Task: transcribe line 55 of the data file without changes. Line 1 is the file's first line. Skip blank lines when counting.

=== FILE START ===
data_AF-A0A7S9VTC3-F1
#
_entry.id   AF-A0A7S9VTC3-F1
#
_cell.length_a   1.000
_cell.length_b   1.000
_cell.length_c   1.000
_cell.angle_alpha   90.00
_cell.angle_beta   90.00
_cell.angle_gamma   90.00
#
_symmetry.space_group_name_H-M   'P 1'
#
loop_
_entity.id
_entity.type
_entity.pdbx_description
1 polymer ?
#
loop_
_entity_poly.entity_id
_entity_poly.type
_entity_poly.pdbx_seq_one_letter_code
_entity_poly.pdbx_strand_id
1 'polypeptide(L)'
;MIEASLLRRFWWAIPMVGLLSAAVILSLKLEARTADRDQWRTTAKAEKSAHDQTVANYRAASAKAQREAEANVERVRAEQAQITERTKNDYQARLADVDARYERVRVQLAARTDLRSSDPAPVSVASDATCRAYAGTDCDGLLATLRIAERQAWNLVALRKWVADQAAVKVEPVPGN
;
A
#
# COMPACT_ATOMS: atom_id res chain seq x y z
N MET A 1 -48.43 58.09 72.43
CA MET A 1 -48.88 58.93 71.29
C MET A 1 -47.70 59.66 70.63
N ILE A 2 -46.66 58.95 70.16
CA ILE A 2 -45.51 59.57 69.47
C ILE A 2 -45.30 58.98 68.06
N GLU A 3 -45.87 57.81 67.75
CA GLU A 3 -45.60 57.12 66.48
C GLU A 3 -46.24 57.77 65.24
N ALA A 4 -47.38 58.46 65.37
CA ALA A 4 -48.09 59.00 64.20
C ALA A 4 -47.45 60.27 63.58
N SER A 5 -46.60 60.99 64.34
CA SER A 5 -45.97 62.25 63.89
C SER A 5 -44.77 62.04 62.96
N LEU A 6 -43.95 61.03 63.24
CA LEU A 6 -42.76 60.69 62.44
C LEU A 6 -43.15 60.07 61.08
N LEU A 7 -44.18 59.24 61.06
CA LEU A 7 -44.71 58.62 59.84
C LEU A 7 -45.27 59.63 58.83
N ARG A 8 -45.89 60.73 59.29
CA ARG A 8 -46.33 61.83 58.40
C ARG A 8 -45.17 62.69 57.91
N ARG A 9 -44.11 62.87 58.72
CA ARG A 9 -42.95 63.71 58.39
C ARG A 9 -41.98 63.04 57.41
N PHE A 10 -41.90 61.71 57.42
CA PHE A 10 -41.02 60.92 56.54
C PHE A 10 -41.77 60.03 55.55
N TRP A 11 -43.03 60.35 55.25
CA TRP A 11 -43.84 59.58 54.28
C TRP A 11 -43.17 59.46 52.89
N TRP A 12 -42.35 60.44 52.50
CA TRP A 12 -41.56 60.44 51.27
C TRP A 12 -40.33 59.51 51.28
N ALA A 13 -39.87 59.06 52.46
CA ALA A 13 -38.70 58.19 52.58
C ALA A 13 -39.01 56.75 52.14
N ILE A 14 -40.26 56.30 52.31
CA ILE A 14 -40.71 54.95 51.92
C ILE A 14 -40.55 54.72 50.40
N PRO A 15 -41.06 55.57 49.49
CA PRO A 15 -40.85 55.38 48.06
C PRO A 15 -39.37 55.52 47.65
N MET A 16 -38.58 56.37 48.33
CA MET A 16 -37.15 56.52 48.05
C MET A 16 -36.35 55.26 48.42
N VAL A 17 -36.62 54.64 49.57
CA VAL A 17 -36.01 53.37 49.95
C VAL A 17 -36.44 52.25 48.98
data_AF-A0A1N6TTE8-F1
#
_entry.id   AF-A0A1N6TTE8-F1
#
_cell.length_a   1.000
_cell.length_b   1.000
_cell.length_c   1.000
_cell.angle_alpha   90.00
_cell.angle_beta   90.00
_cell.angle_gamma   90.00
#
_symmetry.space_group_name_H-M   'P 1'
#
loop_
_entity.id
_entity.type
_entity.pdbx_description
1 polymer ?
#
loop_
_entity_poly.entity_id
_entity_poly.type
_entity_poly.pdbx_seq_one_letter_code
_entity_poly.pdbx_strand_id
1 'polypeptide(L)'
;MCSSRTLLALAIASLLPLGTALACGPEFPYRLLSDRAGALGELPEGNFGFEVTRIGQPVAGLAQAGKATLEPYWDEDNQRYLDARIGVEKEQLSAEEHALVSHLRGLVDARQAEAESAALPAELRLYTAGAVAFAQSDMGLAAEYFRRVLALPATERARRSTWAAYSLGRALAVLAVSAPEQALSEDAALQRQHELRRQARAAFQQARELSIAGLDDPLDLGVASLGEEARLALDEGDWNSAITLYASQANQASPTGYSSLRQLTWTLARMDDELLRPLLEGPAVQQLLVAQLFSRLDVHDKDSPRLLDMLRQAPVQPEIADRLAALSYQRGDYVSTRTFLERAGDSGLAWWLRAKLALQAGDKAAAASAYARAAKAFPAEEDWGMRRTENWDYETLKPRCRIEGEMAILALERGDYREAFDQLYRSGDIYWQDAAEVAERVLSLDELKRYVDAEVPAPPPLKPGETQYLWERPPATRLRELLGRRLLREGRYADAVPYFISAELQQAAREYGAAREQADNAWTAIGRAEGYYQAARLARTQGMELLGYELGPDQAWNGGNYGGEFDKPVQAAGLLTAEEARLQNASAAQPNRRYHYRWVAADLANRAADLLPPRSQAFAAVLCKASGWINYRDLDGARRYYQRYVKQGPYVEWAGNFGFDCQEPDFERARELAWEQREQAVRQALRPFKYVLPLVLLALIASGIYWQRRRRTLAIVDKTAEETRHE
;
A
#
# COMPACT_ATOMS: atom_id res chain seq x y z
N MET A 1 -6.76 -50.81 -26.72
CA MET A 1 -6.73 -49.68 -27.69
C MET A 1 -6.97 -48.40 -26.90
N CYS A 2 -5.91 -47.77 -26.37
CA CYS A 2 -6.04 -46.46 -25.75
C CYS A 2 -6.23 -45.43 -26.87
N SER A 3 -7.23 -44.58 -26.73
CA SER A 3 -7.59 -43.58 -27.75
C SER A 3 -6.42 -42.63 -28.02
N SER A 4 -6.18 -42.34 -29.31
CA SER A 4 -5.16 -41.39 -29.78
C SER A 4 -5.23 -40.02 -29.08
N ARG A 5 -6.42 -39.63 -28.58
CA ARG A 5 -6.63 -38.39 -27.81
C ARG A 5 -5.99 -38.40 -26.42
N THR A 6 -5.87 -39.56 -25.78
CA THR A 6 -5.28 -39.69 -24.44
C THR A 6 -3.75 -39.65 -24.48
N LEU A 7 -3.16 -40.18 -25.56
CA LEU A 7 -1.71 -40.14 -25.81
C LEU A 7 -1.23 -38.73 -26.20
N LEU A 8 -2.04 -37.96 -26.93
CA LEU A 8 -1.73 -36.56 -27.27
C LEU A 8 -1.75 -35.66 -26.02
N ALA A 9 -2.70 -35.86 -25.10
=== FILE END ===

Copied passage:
N ARG A 9 -44.11 62.87 58.72